Wednesday, May 30, 2012

REVIEW: The Hunger Games

The hype and hubbub surrounding this film has been ferocious. It has been praised for extolling the value of life and accused of preparing the way for Nazi Germany- both of which by people whose opinions I highly respect.

At first, I didn't want to see the film. I knew I would enjoy it- and I wasn't happy with that. It seemed like the perfect blend of toxic worldview with artistic excellence- a classic example of situational ethics- a deadly trap for the teenage romantic imagination- the kind of film that would thrill my flesh but burden my spirit.

After all of this blazing controversy, however, I've been looking forward to seeing it for some time now. Yesterday, Dad and I marched into the theater with the express purpose of taking the film captive to the obedience of Christ.  After seeing the film, we made our way to a coffee shop in our local Barnes & Noble and set to writing down our thoughts, throwing our voices into the arena of the blogosphere.

Before we get started, please know this:

We are aware that The Hunger Games are actually three books, and that the books surely provide more context, more resolution, more detail, more information. However, we are analyzing this film on its own merit. Whatever the books construct as their worldview system is irrelevant to our purpose, which is to explore the worldview infrastructure of this film as such.

To whom it may edify, here goes:

The Art

The Good

The film was very well done.  The cinematography was intricate, the score was masterful, and the acting was first-rate.  The graphics were very good as well.  The whole film was very industry-standard.  A few things stood out: the story, the world-building, and the close-ups.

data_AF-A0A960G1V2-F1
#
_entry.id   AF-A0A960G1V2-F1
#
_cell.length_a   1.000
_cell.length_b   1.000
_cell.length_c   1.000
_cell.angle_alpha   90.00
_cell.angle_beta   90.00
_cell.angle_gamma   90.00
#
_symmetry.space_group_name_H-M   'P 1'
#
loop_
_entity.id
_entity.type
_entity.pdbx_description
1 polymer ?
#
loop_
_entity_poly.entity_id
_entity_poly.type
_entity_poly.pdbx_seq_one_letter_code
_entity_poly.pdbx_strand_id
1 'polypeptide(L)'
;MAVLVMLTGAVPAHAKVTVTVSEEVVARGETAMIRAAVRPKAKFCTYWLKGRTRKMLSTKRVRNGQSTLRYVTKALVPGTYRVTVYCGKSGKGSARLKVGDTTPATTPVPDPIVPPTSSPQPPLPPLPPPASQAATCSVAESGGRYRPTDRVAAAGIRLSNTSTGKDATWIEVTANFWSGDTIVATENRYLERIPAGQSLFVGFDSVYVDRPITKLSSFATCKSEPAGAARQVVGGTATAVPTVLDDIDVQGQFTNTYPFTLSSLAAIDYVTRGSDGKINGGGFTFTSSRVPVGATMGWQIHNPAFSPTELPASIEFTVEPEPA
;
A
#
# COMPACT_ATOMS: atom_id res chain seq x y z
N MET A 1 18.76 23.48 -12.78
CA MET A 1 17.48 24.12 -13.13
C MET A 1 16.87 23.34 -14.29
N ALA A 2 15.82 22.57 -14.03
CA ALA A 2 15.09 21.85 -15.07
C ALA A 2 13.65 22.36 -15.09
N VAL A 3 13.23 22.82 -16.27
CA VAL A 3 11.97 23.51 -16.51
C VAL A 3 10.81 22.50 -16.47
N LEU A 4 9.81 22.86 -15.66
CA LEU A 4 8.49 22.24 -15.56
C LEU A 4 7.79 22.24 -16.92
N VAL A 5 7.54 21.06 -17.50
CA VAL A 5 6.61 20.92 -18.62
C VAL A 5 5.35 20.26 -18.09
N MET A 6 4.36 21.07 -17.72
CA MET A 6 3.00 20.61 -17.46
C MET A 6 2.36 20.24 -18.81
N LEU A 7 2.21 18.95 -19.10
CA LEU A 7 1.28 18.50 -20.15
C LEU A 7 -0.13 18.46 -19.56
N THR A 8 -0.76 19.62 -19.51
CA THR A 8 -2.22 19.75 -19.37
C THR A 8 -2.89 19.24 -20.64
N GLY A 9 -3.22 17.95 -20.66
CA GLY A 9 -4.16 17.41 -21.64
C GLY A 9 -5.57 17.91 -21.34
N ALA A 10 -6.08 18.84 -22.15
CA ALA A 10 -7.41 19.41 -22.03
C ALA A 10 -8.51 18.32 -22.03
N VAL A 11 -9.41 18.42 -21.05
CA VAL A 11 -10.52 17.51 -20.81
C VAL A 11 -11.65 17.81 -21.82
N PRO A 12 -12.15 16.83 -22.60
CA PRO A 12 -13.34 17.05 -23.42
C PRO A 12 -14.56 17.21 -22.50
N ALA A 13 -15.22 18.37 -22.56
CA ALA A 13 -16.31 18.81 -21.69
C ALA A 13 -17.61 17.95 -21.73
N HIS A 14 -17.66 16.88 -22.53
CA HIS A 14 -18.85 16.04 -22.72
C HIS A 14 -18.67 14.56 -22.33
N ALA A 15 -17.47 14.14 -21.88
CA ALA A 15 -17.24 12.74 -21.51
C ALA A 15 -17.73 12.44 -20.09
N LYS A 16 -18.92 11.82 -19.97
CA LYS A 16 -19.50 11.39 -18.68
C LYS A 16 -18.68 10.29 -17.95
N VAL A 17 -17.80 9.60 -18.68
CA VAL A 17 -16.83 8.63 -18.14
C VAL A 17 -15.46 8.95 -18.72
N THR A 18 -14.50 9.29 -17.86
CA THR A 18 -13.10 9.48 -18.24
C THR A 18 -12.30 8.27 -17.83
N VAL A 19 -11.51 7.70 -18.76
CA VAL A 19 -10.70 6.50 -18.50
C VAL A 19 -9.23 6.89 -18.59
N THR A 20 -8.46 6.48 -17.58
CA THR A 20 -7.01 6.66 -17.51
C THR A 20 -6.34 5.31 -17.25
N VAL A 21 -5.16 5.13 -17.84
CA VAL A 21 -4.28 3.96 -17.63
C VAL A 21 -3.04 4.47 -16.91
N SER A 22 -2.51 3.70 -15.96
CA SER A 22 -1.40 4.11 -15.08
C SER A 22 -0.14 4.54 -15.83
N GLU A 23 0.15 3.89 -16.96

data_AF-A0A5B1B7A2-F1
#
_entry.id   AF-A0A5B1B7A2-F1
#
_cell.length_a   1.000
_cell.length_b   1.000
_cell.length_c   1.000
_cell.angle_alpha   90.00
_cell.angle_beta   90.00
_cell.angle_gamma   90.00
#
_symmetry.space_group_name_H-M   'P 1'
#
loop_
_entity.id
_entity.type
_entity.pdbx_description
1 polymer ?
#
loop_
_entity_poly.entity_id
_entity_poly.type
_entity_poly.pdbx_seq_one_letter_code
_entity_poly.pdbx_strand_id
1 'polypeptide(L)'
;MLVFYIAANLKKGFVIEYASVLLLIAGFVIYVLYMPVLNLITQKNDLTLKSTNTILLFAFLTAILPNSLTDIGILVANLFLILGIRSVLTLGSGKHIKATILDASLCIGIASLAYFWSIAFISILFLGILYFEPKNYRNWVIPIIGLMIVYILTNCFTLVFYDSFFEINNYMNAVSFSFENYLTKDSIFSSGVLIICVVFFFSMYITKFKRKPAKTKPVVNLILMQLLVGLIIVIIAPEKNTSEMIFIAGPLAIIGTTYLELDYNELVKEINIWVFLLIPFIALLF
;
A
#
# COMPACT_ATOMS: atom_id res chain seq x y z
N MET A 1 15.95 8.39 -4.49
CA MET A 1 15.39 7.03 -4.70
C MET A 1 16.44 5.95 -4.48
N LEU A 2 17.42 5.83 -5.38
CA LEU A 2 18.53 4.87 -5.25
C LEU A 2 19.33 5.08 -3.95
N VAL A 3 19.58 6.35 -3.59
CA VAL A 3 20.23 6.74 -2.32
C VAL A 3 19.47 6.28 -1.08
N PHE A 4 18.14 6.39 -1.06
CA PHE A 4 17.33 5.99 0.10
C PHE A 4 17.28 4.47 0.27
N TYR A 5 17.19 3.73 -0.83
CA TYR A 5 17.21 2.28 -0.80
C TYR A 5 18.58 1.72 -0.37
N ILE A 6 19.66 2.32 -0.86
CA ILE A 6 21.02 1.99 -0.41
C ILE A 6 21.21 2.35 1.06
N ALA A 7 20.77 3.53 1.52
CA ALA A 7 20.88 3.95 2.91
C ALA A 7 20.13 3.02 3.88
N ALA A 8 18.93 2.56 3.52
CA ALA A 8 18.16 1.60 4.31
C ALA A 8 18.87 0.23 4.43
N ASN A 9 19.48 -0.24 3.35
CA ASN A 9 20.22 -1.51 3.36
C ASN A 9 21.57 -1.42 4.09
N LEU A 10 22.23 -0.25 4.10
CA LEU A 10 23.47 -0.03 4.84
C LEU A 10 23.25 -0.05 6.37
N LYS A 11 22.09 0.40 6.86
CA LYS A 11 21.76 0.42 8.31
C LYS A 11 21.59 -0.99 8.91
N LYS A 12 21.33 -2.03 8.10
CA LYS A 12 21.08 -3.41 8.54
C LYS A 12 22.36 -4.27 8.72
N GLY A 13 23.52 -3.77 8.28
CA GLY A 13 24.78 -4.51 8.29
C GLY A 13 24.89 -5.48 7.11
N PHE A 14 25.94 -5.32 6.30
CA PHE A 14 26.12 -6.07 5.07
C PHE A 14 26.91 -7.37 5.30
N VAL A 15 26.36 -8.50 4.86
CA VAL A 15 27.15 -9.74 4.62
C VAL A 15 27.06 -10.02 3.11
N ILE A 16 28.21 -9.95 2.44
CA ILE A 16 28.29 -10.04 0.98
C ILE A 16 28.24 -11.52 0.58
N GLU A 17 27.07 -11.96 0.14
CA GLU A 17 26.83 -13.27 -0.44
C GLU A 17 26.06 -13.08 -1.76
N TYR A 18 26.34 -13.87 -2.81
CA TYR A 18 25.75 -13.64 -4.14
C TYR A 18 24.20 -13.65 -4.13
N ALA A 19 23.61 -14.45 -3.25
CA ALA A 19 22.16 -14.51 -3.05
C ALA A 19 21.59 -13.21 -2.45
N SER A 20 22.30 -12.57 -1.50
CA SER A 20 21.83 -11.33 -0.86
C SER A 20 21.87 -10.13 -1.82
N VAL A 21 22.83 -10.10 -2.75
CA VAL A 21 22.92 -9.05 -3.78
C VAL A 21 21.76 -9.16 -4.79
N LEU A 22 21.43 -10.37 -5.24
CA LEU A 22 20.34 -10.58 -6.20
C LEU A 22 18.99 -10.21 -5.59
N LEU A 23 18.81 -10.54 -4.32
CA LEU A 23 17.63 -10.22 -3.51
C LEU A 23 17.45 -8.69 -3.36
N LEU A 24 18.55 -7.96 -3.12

The story was gripping, intense, and powerful.  In a day of shallow, insipid stories, The Hunger Games has a plot that is deep and well constructed.  The tension was constant, but varied, so that the film was always gripping but never monotonously so.  The filmmakers made good use of this, using the story to drive the film instead of relying on "secondary strengths" like graphics or gore.

The makers of the film constructed a very believable visual world.  The use of costumes, make-up, and set-creation made the world of The Hunger Games unique and fascinating- as well as garish and disgusting where it needed to be.

The film made extensive- and skillful- use of close-ups, and perhaps was to close-ups what the Bourne films were to shaky-camera cinematography.  Which leads us to...

The Bad

...the shaky-camera cinematography.  I found it a bit frustrating in the beginning, not being able to get my visual bearings.  This leveled out very nicely for the majority of the film, though, and Dad also points out that it created a feel of disorientation and captivity very fitting to the film's opening.

The credits music was, in my opinion, a real let-down.  That happens a lot.

Overall, though, the art in this film was top-notch.

The Worldview

The Good

The structure of the film is very anti-statist.  The social commentary written into the story is powerful.  The film leaves the viewers wanting the districts to rise up again- to fight for liberty- to be free.  The tyrannical government of Panem is all the more disturbing when one compares it with the encroaching government of today.

Throughout the film we see the oligarchs controlling- or attempting to control- the will of the people.  The actions of Katniss and Peeta, our protagonists, trouble the plans of the tyrants, and awaken sparks of that same fire that led the districts to rebel years ago.  We found a strong parallel between this control of the masses by the media and the same power wielded by the American media today.  It was also admirable how the protagonists used the enemies' own tactics against them, wielding the media against the establishment.